“As a community, we’re not doing what we need to do to be in a position to reopen schools ... we have to depend on everybody,” Mason said. “It’s not on the school system, it’s on the community, and if we can’t do that then we might not open this year. We're trending in the wrong direction.”
During the board’s discussion on the issue, the topic of concurrent teaching was once again brought up. Concurrent teaching is the idea that teachers would teach in-person and virtual students at the same time for portions of the day. FCPS staff previously said planning time for teachers would be increased by 30 percent in order to help with the new requirement.
Board members still seemed concerned over how it would work and what sort of demands would be placed on teachers.
Kevin Cuppett, executive director of curriculum, instruction and innovation for FCPS, said there is no expectation that concurrent teaching will occur for whole learning blocks or periods. He added that staff is collecting data and insight from teachers who are currently doing concurrent teaching with small-group and virtual students.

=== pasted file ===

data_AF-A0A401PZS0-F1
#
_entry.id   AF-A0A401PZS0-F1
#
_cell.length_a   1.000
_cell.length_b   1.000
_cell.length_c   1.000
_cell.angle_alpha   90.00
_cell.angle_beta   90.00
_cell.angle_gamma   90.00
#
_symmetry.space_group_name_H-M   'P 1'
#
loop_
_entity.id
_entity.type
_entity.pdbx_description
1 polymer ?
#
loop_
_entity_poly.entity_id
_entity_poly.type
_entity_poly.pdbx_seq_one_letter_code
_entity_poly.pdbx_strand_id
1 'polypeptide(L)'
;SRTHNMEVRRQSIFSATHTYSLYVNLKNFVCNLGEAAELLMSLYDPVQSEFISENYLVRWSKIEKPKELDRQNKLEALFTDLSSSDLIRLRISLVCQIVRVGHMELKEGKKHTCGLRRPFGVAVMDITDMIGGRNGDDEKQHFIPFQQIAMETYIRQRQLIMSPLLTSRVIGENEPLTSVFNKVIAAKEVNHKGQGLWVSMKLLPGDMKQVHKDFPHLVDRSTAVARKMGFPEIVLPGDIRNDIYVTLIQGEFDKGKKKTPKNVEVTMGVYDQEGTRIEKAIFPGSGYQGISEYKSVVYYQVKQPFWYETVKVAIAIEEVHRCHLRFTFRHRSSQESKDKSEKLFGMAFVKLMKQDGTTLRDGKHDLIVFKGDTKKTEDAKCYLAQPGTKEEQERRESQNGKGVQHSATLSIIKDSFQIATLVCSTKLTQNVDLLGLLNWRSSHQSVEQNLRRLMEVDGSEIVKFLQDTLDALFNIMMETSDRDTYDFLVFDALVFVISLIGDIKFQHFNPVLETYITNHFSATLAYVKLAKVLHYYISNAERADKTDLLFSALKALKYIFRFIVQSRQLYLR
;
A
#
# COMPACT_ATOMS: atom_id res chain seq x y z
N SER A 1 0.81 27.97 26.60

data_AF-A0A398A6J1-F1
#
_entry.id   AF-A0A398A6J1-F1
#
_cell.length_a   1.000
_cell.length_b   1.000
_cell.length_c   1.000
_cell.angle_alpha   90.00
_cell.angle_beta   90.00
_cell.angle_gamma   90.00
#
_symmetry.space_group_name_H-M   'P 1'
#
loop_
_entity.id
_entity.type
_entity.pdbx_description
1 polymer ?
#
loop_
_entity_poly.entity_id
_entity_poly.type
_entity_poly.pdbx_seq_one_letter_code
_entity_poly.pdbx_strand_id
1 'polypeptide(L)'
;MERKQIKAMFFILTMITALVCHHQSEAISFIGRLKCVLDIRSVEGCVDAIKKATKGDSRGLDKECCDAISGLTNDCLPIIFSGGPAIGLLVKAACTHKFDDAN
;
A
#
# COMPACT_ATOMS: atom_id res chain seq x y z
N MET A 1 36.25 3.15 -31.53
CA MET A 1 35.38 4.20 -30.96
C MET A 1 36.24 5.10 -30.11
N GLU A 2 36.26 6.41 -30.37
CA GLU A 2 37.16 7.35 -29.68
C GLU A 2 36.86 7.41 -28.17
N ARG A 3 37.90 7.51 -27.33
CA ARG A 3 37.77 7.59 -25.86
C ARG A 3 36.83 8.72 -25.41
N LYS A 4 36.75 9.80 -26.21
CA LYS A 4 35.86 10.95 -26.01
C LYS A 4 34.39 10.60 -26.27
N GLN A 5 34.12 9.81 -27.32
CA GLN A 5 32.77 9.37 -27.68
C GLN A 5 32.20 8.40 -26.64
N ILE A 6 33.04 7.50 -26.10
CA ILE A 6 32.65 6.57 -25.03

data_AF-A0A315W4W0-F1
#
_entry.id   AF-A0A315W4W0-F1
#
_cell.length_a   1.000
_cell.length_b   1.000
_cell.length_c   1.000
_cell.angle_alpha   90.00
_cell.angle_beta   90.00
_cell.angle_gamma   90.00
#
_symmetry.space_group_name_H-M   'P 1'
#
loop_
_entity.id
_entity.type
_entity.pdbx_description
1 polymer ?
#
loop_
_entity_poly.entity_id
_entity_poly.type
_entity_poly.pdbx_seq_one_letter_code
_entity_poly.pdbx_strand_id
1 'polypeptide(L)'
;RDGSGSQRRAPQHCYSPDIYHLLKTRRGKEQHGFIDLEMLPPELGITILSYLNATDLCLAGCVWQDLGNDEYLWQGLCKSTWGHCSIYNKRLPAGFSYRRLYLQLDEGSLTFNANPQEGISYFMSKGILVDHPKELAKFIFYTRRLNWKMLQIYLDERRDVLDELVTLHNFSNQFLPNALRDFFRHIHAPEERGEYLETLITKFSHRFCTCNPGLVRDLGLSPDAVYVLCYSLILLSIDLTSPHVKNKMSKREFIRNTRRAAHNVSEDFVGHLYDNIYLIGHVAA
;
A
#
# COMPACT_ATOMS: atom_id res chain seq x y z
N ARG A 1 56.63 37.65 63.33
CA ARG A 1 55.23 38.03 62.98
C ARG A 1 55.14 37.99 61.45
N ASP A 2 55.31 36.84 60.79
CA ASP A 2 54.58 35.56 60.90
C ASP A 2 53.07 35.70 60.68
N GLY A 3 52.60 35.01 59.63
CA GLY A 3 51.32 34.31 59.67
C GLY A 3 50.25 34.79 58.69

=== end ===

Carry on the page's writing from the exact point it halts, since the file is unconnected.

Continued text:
This feedback will be presented next week to the Frederick County Teachers Association led-workgroup, which has been working on the reopening plans, he said.
Board member Liz Barrett, who called into the meeting due to contracting COVID-19 herself, said she would like to see more creativity on teacher allocation and structuring of the school day.
“I do believe that there are enough students and enough staff and teachers who can be matched for a continuously improved virtual model,” she said.
Since teachers will be required to report back to buildings on Jan. 13, there are ongoing discussions on how their time will be split between continuing virtual learning and setting up their classrooms and planning for the return of students, according to Michael Markoe, deputy superintendent.
He said the school system is developing disciplinary procedures and regulations for students and staff who refuse to follow health guidelines and restrictions.
According to Jamie Aliveto, executive director of system accountability and school administration for FCPS, the school system is also gathering information on how to publicly report COVID-19 cases among staff and students.
“We don’t want to move too fast; we want to make sure that we do it right ... but we are confident that we will be able to produce a dashboard. We do believe that transparency is very important,” she said.
Board member Lois Jarman chose to abstain from Wednesday’s vote.
She ran to retain her seat in this year’s Board of Education race, but will most likely lose to a newcomer based on where the vote count currently stands—although official calls on the race have not been made.
Before the vote, Jarman said she would not be voting on the issue because she felt it was imperative for the newly elected members to have their voices heard and be a part of the decision. The newly elected members will take their seats in December.